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Headlines for Saturday, January 24, 2015

School Funding Plan's Effects Uncertain

TOPEKA, Kan. (AP) — Kansas legislators from both parties say they're not sure how Republican Governor Sam Brownback's school-funding proposals would affect the power local districts have to raise local property taxes.  Senate Minority Leader Anthony Hensley said local property taxes are a key unanswered question about the governor's proposals. The Topeka Democrat is critical of Brownback's call to repeal the existing funding formula.  The state's current funding scheme allows local school districts to impose property taxes to supplement their state funds, but caps the total amount they can raise. Brownback hasn't said whether he'd freeze local school taxes at current levels or eliminate the cap on districts' authority.  Spokeswoman Eileen Hawley said those issues have yet to be determined.  Republicans said lawmakers must decide how much taxing power to give districts.

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Kansas Democrats Outline Opposition to Governor's Budget

TOPEKA, Kan. (AP) — Top Kansas Democratic lawmakers are criticizing Republican Governor Sam Brownback's budget proposals.  Senate Minority Leader Anthony Hensley of Topeka and House Minority Leader Tom Burroughs of Kansas City said in a news conference yesterday (FRI) that the governor's proposals would hurt ordinary Kansans. Hensley argued that Brownback's proposal to repeal the current school funding formula was unconstitutional.  Brownback's budget recommendations also call for sharp increases in cigarette and alcohol taxes and transfers. Hensley said these moves would disproportionately affect the poor. Kansas is facing a total budget deficit of more than $710 million in the current fiscal year and the one beginning July 1st. The Democratic leaders blame Brownback's tax-cutting policies. But Democrats haven't drafted alternative budget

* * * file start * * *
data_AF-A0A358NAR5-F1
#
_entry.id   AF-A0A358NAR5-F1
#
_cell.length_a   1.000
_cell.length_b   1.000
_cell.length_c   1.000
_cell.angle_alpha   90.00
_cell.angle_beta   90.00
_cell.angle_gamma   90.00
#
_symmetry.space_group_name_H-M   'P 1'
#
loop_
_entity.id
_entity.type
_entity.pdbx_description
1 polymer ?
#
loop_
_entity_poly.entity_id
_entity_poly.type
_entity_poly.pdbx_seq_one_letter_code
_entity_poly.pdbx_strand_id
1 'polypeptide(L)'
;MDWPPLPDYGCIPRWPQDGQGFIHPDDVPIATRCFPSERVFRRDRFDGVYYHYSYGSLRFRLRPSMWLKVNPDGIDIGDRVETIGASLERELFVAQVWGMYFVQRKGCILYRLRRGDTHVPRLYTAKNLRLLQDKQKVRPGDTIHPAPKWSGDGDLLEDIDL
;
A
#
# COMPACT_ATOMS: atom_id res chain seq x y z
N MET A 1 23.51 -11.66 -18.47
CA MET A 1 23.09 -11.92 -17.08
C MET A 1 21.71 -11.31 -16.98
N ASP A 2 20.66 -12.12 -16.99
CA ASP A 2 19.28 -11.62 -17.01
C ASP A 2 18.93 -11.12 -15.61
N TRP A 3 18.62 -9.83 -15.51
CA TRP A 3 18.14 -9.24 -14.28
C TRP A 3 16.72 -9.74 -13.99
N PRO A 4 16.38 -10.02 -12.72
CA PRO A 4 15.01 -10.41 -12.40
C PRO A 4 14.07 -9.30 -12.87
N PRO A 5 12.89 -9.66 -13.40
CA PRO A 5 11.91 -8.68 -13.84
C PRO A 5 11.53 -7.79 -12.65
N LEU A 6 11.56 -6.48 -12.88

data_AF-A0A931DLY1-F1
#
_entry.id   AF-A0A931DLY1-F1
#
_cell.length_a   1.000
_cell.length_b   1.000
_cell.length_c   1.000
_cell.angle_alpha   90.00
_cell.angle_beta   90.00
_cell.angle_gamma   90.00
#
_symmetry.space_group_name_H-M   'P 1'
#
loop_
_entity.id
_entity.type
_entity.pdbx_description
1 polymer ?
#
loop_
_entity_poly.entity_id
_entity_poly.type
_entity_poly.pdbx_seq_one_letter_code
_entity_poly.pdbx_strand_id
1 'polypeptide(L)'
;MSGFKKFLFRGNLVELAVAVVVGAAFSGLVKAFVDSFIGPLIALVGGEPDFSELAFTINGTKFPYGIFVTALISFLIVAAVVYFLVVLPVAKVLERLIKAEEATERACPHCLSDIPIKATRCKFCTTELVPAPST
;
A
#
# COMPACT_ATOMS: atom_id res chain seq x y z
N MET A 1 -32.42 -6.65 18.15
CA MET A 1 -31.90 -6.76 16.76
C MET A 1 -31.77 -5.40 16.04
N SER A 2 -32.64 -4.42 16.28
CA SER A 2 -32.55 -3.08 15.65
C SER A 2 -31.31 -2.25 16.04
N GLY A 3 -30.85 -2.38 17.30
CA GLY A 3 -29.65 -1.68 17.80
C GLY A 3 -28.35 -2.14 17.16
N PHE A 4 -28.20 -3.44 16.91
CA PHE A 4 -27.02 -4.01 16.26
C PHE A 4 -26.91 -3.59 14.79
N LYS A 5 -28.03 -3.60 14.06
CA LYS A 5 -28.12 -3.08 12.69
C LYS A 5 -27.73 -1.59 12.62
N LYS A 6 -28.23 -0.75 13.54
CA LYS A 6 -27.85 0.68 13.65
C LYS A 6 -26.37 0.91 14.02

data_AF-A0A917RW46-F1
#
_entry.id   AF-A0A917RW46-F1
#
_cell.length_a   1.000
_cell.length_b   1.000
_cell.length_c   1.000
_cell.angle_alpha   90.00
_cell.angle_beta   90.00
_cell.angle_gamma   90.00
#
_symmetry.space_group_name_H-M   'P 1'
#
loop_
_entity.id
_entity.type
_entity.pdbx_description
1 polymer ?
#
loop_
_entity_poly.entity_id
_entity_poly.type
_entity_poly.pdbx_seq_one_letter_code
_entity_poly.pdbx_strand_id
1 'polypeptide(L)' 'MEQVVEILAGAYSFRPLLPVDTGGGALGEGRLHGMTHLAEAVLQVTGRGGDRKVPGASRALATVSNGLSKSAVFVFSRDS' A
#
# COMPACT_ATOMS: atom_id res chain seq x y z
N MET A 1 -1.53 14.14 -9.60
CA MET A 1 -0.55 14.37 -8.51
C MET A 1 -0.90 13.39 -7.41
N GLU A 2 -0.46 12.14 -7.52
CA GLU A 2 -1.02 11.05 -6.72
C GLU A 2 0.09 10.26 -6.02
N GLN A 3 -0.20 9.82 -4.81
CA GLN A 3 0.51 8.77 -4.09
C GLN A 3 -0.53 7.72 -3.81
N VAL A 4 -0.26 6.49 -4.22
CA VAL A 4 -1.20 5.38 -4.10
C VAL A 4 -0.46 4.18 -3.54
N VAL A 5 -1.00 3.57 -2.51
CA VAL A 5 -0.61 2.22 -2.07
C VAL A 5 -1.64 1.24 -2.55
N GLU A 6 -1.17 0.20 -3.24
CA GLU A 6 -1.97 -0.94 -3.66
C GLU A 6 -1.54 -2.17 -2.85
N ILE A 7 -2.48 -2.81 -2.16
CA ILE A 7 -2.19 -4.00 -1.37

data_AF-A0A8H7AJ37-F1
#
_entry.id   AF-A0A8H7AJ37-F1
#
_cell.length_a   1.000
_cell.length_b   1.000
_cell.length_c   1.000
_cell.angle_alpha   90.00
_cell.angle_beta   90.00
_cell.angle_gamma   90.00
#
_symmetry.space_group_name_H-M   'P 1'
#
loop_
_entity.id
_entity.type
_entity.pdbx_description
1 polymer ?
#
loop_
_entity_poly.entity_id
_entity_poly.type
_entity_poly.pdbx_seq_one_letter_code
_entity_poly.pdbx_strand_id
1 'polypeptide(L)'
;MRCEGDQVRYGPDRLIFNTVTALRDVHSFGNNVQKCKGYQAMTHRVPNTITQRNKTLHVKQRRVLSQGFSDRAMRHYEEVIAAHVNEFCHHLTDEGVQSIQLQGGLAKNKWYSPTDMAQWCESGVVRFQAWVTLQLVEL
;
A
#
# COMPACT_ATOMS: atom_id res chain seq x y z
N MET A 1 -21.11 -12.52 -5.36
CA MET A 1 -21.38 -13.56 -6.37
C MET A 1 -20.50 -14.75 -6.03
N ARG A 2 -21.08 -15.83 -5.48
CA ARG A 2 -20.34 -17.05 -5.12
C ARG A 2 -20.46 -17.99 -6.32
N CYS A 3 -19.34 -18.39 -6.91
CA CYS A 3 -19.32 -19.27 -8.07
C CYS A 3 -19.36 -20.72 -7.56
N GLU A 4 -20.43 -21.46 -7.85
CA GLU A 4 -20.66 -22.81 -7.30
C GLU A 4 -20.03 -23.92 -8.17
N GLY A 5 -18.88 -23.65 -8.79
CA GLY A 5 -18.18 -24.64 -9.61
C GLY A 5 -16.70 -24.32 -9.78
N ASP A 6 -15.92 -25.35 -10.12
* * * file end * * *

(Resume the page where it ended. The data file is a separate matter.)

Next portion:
legislation.  Brownback said in a statement that he's willing to work with the Democrats.

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Brownback Marks 70th Anniversary of Battle of Bulge

TOPEKA, Kan. (AP) — Kansas Governor Sam Brownback is honoring veterans of World War Two's Battle of the Bulge and commemorating the 70th anniversary of its end.  Brownback signed a proclamation designating yesterday (FRI) as "Battle of the Bulge Day."  Joining him for the brief Statehouse ceremony were four veterans in their late 80s and early 90s who served in the Army when the battle was fought in Belgium and Luxembourg in December 1944 and January 1945.  The veterans were Bob MacLeay of Lawrence and Paul Scheid, J.D. Sexton and Henry Wanke of Topeka.  The six-week battle arose from the last major German offensive planned by Adolf Hitler himself, which created a bulge in American lines. More than 600,000 American troops fought in freezing temperatures to throw the Germans back.

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Firefighter Dies after Training Session

GARDEN CITY, Kan. (AP) — A 49-year-old southwest Kansas firefighter has died after experiencing difficulty breathing during training.  Garden City Fire Chief Allen Shelton says Ronnie Peek and other firefighters were participating in scheduled training Thursday night when he started having trouble breathing. The 16-year veteran of the fire department was taken to St. Catherine Hospital, where he died.  Shelton says the department will issue more information later about memorials or ways to help his family.

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Settlements Reached in 'Hot Fuel' Litigation

KANSAS CITY, Mo. (AP) — Twenty-eight oil companies and retailers have agreed to settle litigation claiming customers were knowingly overcharged when gas station fuel temperatures rose.  The plaintiffs' attorneys said in a news release yesterday (FRI) that a federal judge in Kansas City, Kansas has given preliminary approval to settlements in the so-called "hot fuel" litigation.  As temperatures rise during warmer months, gasoline expands, meaning customers get less energy per gallon. But gas is price based on a standard of 60 degrees.  Defendants include ConocoPhillips Company, ExxonMobil Corp., Sinclair Oil Corp. and Sam's Club. They've agreed to a take a variety of steps, including upgrading to equipment that corrects for the effects of temperature on fuel. Some of the companies also will help pay states for fuel oversight efforts.

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